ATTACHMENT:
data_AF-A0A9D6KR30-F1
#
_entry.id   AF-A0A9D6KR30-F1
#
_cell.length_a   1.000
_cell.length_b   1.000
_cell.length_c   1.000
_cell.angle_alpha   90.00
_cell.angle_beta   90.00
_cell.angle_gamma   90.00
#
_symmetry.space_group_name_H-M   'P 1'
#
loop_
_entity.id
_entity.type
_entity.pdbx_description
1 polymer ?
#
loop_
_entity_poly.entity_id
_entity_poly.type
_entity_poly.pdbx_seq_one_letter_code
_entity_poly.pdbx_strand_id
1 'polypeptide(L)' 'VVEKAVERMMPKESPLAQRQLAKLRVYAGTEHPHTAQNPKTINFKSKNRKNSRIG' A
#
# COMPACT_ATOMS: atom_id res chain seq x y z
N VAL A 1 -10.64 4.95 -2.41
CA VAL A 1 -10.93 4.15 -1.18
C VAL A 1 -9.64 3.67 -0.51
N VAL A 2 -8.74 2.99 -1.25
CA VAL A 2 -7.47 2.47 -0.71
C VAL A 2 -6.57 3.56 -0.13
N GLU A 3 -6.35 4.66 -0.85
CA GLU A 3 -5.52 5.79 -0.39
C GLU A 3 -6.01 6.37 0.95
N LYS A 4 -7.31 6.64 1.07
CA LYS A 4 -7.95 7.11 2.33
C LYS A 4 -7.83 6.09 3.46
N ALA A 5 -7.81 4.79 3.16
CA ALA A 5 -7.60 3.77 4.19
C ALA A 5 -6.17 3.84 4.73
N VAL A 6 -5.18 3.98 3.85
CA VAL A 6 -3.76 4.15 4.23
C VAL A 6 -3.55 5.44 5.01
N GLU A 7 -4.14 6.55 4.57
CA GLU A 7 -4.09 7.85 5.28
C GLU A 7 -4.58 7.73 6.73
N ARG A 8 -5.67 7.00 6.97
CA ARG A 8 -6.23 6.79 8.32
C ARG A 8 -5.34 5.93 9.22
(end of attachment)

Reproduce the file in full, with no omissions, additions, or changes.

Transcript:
data_AF-A0A9D6KR30-F1
#
_entry.id   AF-A0A9D6KR30-F1
#
_cell.length_a   1.000
_cell.length_b   1.000
_cell.length_c   1.000
_cell.angle_alpha   90.00
_cell.angle_beta   90.00
_cell.angle_gamma   90.00
#
_symmetry.space_group_name_H-M   'P 1'
#
loop_
_entity.id
_entity.type
_entity.pdbx_description
1 polymer ?
#
loop_
_entity_poly.entity_id
_entity_poly.type
_entity_poly.pdbx_seq_one_letter_code
_entity_poly.pdbx_strand_id
1 'polypeptide(L)' 'VVEKAVERMMPKESPLAQRQLAKLRVYAGTEHPHTAQNPKTINFKSKNRKNSRIG' A
#
# COMPACT_ATOMS: atom_id res chain seq x y z
N VAL A 1 -10.64 4.95 -2.41
CA VAL A 1 -10.93 4.15 -1.18
C VAL A 1 -9.64 3.67 -0.51
N VAL A 2 -8.74 2.99 -1.25
CA VAL A 2 -7.47 2.47 -0.71
C VAL A 2 -6.57 3.56 -0.13
N GLU A 3 -6.35 4.66 -0.85
CA GLU A 3 -5.52 5.79 -0.39
C GLU A 3 -6.01 6.37 0.95
N LYS A 4 -7.31 6.64 1.07
CA LYS A 4 -7.95 7.11 2.33
C LYS A 4 -7.83 6.09 3.46
N ALA A 5 -7.81 4.79 3.16
CA ALA A 5 -7.60 3.77 4.19
C ALA A 5 -6.17 3.84 4.73
N VAL A 6 -5.18 3.98 3.85
CA VAL A 6 -3.76 4.15 4.23
C VAL A 6 -3.55 5.44 5.01
N GLU A 7 -4.14 6.55 4.57
CA GLU A 7 -4.09 7.85 5.28
C GLU A 7 -4.58 7.73 6.73
N ARG A 8 -5.67 7.00 6.97
CA ARG A 8 -6.23 6.79 8.32
C ARG A 8 -5.34 5.93 9.22